The advent of Covid-19 saw remote working rolled out at both speed and scale. The impact of this mass roll-out will result in a longer-term change to commuting patterns, he predicts.
But while car sales have fallen, China, an early casualty of the virus, has already seen its automotive industry show some signs of recovery.
Avoiding public transport
“It had been thought that demand for car sales would dry up but with people nervous about traveling on public transport, they want to go in their own car. We have also seen some pent up demand there after the lockdown,” says Springer.
Overall, however, “the car industry in China will still be down, it is estimated, by between 20% and 30% this year.”
The fact that Europeans may be allowed to cross borders for their summer holidays by car, but not by plane, will also have an impact on travel patterns.
Looking further ahead, while the health impact of Covid-19 will abate, its impact on economies will take longer to heal. “The economic impact will last longer than the Covid impact,” he predicts.
Dampened demand for travel will continue to affect not just airlines but car hire and major transport companies, as has already been seen. Some will be “in serious trouble over the next while and in some cases business models will change as – kicked off by Covid – people relook at the way in which the travel industry operates.”
Cubic Telecom’s main market, auto manufacturing, is better positioned to weather the bumpy route ahead, however. This is thanks in part to the fact that carmakers work on long term time frames of up to five years.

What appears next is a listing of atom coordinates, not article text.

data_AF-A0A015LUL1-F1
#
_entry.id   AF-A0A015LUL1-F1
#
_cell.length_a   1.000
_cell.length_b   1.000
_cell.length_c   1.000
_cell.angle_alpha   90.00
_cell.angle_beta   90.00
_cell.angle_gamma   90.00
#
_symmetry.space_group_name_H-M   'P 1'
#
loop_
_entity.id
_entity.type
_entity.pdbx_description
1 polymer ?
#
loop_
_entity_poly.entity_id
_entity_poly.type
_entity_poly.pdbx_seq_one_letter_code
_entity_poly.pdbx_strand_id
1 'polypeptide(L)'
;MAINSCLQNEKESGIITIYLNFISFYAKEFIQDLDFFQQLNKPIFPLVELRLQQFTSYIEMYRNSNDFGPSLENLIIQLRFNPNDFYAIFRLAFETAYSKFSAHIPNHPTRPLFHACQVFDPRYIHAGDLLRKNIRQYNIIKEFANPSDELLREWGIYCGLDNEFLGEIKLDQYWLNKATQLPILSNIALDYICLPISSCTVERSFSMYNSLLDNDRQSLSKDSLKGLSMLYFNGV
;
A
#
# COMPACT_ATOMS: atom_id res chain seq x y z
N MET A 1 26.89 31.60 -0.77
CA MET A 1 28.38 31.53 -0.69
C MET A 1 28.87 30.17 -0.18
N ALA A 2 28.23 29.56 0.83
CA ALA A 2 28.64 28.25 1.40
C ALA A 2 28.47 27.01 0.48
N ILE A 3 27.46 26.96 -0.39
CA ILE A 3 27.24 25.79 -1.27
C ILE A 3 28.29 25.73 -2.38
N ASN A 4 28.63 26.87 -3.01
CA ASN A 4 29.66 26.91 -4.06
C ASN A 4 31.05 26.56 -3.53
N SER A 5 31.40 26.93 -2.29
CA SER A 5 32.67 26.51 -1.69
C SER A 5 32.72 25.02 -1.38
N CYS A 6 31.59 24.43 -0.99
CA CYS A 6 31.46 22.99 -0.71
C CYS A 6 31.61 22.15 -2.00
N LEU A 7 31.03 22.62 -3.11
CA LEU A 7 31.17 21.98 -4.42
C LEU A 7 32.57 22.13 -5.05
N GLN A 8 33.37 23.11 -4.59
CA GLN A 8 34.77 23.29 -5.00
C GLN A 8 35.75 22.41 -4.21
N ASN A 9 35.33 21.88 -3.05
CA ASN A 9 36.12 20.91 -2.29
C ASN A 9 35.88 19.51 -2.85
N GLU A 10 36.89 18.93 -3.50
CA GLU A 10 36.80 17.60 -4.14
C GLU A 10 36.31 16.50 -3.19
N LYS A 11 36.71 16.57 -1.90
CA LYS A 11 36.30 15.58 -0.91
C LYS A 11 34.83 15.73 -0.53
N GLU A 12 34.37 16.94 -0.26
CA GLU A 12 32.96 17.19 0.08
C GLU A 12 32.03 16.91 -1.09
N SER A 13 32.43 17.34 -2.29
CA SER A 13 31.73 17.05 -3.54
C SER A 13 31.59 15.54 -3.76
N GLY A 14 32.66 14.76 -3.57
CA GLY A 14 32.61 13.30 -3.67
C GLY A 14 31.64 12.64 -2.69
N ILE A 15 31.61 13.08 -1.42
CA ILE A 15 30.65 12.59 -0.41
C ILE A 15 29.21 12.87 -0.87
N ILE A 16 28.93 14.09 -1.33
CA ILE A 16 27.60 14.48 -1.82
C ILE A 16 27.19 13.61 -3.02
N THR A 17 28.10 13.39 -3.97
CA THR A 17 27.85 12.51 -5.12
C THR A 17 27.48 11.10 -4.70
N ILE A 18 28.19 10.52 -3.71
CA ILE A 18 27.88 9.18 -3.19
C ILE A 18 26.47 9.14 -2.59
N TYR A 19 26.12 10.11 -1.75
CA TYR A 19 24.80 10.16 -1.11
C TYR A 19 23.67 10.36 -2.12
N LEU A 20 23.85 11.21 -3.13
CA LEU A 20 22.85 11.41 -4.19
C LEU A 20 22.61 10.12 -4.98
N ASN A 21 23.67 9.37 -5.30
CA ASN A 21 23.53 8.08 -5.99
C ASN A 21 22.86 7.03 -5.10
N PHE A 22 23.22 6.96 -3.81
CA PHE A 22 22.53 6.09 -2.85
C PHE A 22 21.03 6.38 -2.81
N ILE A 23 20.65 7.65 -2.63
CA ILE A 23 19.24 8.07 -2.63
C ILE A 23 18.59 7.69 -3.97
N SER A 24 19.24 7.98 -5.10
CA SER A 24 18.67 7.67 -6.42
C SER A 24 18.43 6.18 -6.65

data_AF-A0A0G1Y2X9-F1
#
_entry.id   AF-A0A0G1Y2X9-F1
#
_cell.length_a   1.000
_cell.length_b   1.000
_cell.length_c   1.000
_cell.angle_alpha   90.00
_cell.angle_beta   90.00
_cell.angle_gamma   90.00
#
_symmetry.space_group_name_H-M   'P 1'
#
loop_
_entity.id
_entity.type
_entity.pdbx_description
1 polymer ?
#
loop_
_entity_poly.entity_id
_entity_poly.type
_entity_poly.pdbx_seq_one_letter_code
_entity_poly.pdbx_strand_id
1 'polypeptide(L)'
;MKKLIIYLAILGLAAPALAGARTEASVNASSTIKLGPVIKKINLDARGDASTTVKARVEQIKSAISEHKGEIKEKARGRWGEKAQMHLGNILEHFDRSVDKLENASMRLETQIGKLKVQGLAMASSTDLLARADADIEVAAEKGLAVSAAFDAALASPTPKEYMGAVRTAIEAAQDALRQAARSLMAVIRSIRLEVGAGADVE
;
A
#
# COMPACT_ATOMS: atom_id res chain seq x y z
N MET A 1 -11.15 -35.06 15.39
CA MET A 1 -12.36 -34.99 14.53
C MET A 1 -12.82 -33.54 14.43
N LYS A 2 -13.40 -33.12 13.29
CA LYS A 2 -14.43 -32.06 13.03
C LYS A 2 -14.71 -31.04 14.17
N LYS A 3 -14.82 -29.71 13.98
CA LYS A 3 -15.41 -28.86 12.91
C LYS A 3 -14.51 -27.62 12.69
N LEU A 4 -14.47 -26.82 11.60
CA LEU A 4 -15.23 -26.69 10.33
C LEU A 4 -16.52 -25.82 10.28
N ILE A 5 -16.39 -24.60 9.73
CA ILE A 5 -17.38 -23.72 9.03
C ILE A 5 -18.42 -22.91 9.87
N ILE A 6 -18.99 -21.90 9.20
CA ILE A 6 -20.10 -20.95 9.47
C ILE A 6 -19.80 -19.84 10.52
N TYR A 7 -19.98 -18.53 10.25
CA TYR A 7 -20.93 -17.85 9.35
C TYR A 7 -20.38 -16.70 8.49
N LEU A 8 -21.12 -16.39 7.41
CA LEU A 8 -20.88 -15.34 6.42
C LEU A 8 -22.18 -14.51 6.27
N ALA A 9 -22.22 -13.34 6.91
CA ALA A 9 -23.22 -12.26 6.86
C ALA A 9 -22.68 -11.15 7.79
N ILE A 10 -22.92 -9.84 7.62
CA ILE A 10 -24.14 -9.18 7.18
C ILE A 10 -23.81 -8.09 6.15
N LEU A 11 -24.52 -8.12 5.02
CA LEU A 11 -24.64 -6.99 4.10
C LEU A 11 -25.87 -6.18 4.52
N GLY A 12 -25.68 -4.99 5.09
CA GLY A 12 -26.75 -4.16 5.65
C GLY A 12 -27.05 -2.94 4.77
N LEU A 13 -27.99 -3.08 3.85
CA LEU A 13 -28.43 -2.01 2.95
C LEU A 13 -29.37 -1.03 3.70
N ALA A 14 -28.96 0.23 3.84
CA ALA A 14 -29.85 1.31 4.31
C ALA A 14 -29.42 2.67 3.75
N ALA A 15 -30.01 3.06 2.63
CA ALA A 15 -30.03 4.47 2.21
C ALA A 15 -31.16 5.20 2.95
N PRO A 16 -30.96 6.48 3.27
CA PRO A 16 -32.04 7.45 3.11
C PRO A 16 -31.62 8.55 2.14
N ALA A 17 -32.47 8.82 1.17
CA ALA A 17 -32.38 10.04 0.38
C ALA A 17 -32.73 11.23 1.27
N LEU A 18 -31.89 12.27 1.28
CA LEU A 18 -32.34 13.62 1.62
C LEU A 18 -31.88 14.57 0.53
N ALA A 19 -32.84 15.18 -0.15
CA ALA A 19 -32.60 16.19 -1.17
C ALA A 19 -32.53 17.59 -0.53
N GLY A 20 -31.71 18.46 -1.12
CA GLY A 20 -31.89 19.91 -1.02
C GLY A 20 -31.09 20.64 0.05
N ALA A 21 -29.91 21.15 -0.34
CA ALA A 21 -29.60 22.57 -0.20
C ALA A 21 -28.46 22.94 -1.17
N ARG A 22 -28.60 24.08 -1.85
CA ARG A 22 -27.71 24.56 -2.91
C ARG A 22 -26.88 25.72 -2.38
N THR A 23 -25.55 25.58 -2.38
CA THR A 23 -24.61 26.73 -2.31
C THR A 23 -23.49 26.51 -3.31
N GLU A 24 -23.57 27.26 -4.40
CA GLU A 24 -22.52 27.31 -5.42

This will help insulate it from some of the shorter term gyrations of the market, he believes, including in France, which saw a 95% fall in car sales in April.
“When consumer demand fell 12% for cars in 2008, it was an unprecedented event. This year we are looking at likely fall off figures of around 22%,” he says.
Supportive supply chains
The industry’s supply chains will remain robust.
“There may be a little more centralization but these companies are not going to suddenly build component manufacturing facilities. Supply chains in this industry are driven by cost per component. The job of procurement is to get the cost of each element as low as possible, and as ‘in time’ as possible.”
The auto sector is one that relies on a complex and finely balanced supply chain. Regardless of a pandemic or economic cycles, “that won’t change,” he says.
Accelerating new opportunities
In the meantime, Cubic Telecom will continue to help clients in a range of sectors, including energy and agriculture, to secure new opportunities. For example, the coronavirus, and the resulting reduction in European travel, has had a major impact on Europe’s mobile operators, which have seen a drop in data generated from roaming traffic.
Cubic’s local solutions can help. “We can in fact provide the mobile operators with a steady flow of data traffic onto their networks generated by Cubic connected vehicles,” says Gerry McQuaid, Cubic Telecom’s Chief Commercial Officer.
“The Cubic automotive solution is not dependent on drivers crossing into other countries, even though we are known for enabling this feature. Therefore we are assisting the operators with a steady revenue stream during this challenging time.”